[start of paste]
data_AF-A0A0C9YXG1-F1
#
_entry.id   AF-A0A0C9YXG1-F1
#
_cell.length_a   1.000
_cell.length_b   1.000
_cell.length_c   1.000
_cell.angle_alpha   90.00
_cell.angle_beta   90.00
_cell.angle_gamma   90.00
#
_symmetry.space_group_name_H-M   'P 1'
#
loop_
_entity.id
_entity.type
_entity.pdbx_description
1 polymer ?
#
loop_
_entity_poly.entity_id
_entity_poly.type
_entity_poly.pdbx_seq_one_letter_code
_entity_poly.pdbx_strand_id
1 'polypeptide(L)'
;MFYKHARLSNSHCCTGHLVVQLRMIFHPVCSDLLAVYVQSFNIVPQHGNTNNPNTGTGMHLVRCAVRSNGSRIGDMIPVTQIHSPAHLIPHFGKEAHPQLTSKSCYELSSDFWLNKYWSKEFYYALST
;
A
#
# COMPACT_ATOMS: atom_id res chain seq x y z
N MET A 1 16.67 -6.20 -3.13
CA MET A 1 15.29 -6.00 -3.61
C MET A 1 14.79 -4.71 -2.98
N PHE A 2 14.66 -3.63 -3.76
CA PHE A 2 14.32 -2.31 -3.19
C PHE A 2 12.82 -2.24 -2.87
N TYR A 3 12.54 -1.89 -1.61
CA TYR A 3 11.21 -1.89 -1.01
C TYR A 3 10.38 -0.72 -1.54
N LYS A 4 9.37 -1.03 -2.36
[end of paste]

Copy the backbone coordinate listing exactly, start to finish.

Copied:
data_AF-A0A0C9YXG1-F1
#
_entry.id   AF-A0A0C9YXG1-F1
#
_cell.length_a   1.000
_cell.length_b   1.000
_cell.length_c   1.000
_cell.angle_alpha   90.00
_cell.angle_beta   90.00
_cell.angle_gamma   90.00
#
_symmetry.space_group_name_H-M   'P 1'
#
loop_
_entity.id
_entity.type
_entity.pdbx_description
1 polymer ?
#
loop_
_entity_poly.entity_id
_entity_poly.type
_entity_poly.pdbx_seq_one_letter_code
_entity_poly.pdbx_strand_id
1 'polypeptide(L)'
;MFYKHARLSNSHCCTGHLVVQLRMIFHPVCSDLLAVYVQSFNIVPQHGNTNNPNTGTGMHLVRCAVRSNGSRIGDMIPVTQIHSPAHLIPHFGKEAHPQLTSKSCYELSSDFWLNKYWSKEFYYALST
;
A
#
# COMPACT_ATOMS: atom_id res chain seq x y z
N MET A 1 16.67 -6.20 -3.13
CA MET A 1 15.29 -6.00 -3.61
C MET A 1 14.79 -4.71 -2.98
N PHE A 2 14.66 -3.63 -3.76
CA PHE A 2 14.32 -2.31 -3.19
C PHE A 2 12.82 -2.24 -2.87
N TYR A 3 12.54 -1.89 -1.61
CA TYR A 3 11.21 -1.89 -1.01
C TYR A 3 10.38 -0.72 -1.54
N LYS A 4 9.37 -1.03 -2.36